How to serve
When you’ve made your porridge to the consistency you prefer it’s time to serve it up. This is where you can add extra milk and change the whole feel of the dish.
Plain yogurt is another good addition to cool your porridge and also loosen it up if it’s very thick.
You can top your porridge with fresh or dried fruit, bananas, strawberries, blueberries, raspberries and apples are great.
Some people add syrup, honey or jam to their porridge.
Good jams for toppings
Blackberry jam with bay and vanilla
Mixed summer fruit preserve with nuts
Scotch whisky and ginger marmalade
Spiced cranberry and orange marmalade
Also known as Scots Oats or Irish Oatmeal, these are the least processed form of oats. They are chopped but not rolled.
They take the longest time to cook but have the lowest glycemic index meaning they are better for you.
These have been steamed and flattened under huge rollers. They take 15 minutes to cook.
Quick cook/Instant oats
These oats have been cut, steamed and rolled out extra thin. They cook in just 5 minutes. These can be used in most recipes that ask for oats unless it states otherwise.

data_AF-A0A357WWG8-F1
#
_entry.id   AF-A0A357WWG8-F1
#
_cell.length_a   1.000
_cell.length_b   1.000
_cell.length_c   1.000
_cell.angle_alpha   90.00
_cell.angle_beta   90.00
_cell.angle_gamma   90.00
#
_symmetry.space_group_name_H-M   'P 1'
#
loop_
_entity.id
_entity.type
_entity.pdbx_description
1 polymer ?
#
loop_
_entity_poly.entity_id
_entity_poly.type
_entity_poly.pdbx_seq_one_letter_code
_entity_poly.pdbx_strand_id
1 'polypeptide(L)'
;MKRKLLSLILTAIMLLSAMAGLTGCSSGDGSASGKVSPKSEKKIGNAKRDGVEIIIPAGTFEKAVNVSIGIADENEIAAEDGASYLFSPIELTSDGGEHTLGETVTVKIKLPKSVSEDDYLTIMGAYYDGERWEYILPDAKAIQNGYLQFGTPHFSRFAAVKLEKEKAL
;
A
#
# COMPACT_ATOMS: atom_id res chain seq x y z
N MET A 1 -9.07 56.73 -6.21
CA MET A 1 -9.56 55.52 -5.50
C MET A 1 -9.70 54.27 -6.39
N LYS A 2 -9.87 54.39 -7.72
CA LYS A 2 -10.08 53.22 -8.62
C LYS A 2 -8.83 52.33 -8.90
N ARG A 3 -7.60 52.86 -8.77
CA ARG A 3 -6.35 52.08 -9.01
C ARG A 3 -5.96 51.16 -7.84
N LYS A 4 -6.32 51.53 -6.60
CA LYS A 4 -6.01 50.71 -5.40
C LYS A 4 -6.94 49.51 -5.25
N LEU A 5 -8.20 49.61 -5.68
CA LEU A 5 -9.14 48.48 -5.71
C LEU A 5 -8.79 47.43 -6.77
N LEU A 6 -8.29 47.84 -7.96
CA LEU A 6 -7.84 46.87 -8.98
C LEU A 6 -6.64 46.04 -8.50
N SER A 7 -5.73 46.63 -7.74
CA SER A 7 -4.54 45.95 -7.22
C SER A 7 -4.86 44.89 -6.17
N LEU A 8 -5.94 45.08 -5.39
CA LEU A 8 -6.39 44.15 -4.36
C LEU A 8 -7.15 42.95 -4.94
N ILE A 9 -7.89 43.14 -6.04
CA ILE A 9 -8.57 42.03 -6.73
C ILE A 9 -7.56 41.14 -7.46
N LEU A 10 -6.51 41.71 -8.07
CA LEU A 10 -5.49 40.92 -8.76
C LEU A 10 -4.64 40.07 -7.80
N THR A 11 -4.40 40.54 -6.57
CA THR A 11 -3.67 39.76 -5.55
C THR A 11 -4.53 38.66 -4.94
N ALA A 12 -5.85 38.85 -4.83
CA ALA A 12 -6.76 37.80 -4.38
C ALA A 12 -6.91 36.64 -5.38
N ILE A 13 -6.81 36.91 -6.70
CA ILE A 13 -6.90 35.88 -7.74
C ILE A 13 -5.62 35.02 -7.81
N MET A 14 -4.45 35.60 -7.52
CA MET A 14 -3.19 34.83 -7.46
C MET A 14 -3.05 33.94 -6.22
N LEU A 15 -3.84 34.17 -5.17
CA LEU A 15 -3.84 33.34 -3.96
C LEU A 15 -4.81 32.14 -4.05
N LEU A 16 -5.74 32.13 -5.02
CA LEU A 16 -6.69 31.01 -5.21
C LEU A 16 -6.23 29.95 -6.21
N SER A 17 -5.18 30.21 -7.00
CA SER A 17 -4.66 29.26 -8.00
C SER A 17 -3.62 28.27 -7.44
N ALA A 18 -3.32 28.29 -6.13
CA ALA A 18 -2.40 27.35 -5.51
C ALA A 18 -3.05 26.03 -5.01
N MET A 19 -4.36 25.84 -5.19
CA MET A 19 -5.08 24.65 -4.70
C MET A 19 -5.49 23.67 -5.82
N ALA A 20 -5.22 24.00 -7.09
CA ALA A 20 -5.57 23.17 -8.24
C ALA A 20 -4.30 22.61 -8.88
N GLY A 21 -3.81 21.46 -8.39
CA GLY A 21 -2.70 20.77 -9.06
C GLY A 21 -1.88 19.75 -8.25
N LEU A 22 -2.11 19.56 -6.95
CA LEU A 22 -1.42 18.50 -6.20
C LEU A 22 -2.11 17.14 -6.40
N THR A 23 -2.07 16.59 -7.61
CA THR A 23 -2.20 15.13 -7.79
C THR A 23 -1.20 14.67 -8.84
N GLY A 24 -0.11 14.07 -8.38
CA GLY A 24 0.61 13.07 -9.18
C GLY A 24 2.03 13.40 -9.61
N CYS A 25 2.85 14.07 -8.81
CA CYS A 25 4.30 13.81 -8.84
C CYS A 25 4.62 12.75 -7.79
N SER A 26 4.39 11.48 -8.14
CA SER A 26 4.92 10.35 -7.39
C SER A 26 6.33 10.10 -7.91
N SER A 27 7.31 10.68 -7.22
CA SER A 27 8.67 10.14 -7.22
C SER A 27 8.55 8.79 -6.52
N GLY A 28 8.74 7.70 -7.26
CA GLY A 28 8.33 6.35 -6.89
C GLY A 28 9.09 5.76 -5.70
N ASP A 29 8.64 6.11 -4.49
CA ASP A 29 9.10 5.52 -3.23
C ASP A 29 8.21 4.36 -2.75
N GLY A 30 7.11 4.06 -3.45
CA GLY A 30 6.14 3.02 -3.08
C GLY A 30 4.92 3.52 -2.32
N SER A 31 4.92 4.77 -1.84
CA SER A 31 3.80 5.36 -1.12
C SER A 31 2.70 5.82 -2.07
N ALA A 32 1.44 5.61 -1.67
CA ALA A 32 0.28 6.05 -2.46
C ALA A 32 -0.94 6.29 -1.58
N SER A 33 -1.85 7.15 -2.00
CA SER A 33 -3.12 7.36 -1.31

Overnight oats are really just uncooked porridge. The time (overnight) makes the oats soften and absorb the milk (or even water) that they are being soaked in. This means you end up with cold oatmeal that has the general consistency of porridge.
Looking for more recipes in the porridge line? Then check these out before you go;
Porridge brulee (yes a porridge pudding!)
Seedy nut perfect paleo porridge
Finally, if you do try this recipe don’t forget to leave a comment/star rating below as I just love to hear from readers. Want more Larder Love? Then follow me on Instagram, Facebook, Pinterest and Twitter and sign up for my newsletter too of course.
How to make perfect porridge
- 50 g oatmeal
- 150 ml mix of water and milk
- pinch of salt
- heat the oats with milk/water and pinch of salt over medium hear so that the porridge doesn't stick to the pan
- The oats will soften as they soak up the liquid and it all comes together between 10-12 minutes or so
- The porridge is ready when it is soft but not gone completely to mush. It's all a matter of taste.
- serve with milk or yogurt and any toppings of nuts, fruit, jam etc that you fancy